Boris Johnson will feel like Christmas came early after winning a majority in last week’s election. The public headed to the polls for the first December vote since 1923.

As the exit poll came out and the result became clearer during the night, sterling made significant gains and rallied to 1.2080, the highest in three years. However, the rates corrected in the afternoon session falling below 1.20 again, with the pound having made steady gains since September and seeing a steady climb against the euro, the question investors are asking is how much more can the pound gain as we approach the New Year. Derek Hallpenny from MUFG suggested this ‘could be as good as it gets’.

24 days until the UK leaves the EU

Boris Johnson now aims to get ‘Brexit done’ having achieved what he sought after and seeing his Tory party inflict a heavy defeat on Labour. Will he stick to his promise and get his deal voted through by the end of January?

The feeling in the EU seems to be that they are now prepared to wave goodbye to the UK following the result. The Netherland’s PM, Mark Rutte, spoke at the EU summit saying, ‘certainly on the UK side they can speed up the process’.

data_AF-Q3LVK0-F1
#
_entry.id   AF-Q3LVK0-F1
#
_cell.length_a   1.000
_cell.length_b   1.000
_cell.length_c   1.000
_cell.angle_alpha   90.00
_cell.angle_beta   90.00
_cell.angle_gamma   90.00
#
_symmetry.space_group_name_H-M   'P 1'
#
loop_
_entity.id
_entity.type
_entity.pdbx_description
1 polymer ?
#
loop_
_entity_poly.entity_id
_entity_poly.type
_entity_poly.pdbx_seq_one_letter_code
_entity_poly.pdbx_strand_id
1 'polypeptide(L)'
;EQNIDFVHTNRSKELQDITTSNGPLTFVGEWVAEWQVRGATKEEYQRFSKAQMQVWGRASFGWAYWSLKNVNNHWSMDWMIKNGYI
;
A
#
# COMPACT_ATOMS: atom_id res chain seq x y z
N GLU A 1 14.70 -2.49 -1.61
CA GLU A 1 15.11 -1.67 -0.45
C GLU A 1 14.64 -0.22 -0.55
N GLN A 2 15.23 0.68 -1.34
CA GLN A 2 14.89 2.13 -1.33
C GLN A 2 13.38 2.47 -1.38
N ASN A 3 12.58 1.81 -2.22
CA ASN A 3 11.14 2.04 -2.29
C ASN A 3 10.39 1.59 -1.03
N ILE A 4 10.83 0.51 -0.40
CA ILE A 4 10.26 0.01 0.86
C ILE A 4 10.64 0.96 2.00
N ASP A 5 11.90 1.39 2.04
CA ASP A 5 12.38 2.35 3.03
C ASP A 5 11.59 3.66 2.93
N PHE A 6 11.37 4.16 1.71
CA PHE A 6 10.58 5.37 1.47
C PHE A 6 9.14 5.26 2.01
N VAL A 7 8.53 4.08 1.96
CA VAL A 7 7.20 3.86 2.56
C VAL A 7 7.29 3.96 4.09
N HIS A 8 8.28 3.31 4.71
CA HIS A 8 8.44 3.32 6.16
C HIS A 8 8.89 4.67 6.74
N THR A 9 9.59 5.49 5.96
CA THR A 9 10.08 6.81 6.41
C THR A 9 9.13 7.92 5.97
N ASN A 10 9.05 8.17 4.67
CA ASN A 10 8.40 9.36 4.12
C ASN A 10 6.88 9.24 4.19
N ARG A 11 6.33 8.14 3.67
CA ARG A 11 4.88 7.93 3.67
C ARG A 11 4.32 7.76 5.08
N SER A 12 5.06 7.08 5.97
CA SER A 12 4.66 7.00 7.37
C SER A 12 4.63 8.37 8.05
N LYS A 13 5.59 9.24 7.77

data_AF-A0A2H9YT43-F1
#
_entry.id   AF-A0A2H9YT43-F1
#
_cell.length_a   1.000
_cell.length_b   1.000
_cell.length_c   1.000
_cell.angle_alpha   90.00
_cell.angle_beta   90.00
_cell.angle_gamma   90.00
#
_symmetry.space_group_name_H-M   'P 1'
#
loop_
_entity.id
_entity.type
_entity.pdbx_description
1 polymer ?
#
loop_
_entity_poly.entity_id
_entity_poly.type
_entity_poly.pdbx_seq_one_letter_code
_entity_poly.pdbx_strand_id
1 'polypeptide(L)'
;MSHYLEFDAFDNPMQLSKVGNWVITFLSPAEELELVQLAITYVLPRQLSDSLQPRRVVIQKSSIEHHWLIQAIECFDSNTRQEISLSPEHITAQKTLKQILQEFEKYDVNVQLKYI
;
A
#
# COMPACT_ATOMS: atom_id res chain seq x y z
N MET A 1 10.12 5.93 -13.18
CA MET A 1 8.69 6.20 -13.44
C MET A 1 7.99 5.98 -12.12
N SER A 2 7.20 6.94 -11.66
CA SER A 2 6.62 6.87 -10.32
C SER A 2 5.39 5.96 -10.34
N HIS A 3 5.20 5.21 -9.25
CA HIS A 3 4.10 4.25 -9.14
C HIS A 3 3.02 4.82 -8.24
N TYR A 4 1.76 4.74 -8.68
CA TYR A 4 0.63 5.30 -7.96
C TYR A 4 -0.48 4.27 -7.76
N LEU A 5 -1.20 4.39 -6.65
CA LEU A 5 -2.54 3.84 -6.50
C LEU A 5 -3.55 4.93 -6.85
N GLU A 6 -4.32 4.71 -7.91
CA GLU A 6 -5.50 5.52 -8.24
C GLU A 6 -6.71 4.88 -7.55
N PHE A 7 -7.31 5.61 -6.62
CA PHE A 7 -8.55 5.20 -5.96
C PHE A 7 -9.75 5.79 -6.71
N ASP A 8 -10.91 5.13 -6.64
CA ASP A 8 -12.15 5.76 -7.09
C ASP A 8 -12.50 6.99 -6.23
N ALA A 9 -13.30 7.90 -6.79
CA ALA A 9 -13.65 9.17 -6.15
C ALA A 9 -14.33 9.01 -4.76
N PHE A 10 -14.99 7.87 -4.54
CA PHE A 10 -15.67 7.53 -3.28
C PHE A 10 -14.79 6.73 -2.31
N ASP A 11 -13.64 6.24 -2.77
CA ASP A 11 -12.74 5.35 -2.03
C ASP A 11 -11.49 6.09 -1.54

How Boris uses his majority will decide the long-term future of sterling, with Brexit uncertainty over the last three years weighing on the UK market, getting Brexit done could see that change and investors buying UK assets once again. 

One aspect of Brexit that could potentially see the pound reverse is the trade agreements the UK will seek to strike. If the trade agreements are seen to be bad for the economy then the gains made could be marginalised. Getting the deal voted through parliament could be seen as ‘phase one’ of Brexit with phase two being the long-term relationship, something Mr Johnson has promised ‘to be signed and delivered this time next year’.

 

US Elections and Trump Impeachment

With the US seeing their own presidential elections in November, 2020 could be a volatile year for the Greenback. How the elections take shape will define the fortunes of the USD in the long run, will we see another term for Donald Trump? That of course will depend on how his short term future looks. Impeachment talks have been gathering pace, on Friday two charges were approved by the US House Judiciary Committee moving the process to a full house vote this week. Trump is only the fourth PM in history to face impeachment, and Trump himself calling the process a ‘witch hunt’. He is accused of ‘using a foreign nation to help him politically’. GBP/USD closed Friday on 1.3334, having gone above 1.34 in the immediate aftermath of the election result.

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